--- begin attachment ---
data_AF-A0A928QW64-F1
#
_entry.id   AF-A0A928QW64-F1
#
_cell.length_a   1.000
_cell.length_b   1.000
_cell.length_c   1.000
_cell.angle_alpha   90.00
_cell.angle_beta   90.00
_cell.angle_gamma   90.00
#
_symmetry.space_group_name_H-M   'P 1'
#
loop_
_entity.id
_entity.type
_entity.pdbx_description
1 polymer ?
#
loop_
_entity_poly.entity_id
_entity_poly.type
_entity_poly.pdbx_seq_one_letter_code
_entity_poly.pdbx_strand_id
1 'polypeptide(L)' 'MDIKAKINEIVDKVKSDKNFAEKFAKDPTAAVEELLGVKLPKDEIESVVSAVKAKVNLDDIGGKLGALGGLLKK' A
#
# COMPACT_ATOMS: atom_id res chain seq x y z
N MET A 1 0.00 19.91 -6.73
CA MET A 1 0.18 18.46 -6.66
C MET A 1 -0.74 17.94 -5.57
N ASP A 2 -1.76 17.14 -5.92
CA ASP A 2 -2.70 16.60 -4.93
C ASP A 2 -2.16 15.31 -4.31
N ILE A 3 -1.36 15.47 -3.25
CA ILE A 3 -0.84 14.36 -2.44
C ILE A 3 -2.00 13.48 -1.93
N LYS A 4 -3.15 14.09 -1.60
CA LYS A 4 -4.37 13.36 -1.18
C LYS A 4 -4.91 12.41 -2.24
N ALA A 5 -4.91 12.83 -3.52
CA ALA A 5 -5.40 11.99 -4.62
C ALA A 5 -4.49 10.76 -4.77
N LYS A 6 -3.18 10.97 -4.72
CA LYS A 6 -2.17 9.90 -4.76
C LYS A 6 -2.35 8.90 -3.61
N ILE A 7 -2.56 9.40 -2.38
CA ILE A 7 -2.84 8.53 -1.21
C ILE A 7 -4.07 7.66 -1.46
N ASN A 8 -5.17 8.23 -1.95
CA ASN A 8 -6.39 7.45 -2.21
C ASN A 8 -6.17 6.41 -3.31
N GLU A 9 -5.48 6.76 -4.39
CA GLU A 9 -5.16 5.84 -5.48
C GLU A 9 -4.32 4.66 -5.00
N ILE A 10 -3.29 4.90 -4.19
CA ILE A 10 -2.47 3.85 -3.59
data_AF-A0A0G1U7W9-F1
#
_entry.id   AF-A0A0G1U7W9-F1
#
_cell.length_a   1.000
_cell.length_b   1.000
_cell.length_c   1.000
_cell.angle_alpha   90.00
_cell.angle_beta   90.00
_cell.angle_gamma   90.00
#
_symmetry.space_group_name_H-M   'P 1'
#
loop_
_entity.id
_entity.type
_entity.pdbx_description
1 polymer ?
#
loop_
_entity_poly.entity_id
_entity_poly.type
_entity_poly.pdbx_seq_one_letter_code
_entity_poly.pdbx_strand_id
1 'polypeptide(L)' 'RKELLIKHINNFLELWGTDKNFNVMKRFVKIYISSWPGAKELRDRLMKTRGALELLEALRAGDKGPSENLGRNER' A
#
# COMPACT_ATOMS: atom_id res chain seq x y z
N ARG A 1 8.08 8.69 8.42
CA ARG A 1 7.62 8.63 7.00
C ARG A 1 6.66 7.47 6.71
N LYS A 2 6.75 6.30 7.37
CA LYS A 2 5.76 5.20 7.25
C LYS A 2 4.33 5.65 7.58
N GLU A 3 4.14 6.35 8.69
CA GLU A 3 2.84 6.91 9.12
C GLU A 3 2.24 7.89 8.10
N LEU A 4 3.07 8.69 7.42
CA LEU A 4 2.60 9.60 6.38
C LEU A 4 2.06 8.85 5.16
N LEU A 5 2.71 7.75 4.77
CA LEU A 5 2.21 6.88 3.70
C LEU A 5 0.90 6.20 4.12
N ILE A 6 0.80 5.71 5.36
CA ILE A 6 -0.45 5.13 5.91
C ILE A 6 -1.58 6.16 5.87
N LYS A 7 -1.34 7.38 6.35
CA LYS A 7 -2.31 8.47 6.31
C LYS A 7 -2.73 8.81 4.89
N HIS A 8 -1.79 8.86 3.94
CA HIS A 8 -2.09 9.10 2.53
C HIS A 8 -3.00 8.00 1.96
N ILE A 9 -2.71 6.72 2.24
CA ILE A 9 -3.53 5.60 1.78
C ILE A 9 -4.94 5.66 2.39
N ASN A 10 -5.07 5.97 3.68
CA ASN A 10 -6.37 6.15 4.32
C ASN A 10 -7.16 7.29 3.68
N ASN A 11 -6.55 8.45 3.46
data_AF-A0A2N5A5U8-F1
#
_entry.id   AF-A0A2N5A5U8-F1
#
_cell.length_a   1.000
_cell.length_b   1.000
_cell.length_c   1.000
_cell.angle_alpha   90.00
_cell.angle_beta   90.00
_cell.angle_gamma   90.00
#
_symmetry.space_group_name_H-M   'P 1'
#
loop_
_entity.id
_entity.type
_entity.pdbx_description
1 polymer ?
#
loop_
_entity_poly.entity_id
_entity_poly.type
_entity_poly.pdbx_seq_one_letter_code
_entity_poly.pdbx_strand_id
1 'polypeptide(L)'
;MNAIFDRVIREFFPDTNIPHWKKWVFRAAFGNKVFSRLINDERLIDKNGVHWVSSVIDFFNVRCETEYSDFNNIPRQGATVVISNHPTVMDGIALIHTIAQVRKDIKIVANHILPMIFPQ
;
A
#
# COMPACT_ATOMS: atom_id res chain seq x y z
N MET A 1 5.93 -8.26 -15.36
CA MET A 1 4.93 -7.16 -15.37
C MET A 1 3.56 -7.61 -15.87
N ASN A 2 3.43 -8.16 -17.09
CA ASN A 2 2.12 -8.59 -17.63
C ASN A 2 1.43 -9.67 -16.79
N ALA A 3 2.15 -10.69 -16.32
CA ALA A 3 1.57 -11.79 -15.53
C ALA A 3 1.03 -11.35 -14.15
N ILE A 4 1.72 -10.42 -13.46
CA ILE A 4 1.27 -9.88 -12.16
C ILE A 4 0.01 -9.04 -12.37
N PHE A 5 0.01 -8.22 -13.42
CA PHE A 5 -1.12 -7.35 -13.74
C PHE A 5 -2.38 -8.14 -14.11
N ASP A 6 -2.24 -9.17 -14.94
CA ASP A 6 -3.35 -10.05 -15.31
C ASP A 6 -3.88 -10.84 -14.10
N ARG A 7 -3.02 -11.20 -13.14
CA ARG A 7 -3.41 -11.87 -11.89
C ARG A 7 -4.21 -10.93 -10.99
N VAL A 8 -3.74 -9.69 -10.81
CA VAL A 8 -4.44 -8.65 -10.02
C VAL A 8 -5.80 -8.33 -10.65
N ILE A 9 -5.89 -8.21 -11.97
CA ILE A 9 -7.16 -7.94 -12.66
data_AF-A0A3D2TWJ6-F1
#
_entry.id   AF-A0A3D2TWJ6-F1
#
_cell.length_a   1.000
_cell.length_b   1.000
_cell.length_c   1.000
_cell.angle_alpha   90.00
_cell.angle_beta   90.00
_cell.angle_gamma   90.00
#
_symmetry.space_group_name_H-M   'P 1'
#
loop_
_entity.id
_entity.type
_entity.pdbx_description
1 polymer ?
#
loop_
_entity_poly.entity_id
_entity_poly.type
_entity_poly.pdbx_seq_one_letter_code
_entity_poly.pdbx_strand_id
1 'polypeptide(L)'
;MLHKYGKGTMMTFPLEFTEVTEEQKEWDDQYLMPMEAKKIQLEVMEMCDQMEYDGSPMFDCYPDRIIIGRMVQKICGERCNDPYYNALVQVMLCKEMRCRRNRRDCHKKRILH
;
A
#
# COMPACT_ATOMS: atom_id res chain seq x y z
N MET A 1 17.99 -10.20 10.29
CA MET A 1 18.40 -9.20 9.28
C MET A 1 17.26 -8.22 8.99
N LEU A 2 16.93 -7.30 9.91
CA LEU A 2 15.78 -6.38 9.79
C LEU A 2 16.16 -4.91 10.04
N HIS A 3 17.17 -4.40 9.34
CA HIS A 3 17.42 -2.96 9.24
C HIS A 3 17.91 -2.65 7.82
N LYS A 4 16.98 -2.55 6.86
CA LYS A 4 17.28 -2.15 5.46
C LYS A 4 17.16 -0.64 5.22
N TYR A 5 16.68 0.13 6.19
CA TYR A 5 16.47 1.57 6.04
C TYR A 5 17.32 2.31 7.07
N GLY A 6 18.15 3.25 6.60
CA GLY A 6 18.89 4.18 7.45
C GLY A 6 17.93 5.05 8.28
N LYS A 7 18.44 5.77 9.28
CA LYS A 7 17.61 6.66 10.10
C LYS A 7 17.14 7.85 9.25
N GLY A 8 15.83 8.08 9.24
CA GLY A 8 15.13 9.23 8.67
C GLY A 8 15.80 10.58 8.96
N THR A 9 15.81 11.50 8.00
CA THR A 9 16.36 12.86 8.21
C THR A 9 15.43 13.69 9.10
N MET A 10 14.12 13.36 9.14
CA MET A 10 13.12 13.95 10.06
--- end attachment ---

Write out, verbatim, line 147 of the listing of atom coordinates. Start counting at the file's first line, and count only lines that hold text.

C MET A 1 3.56 -7.61 -15.87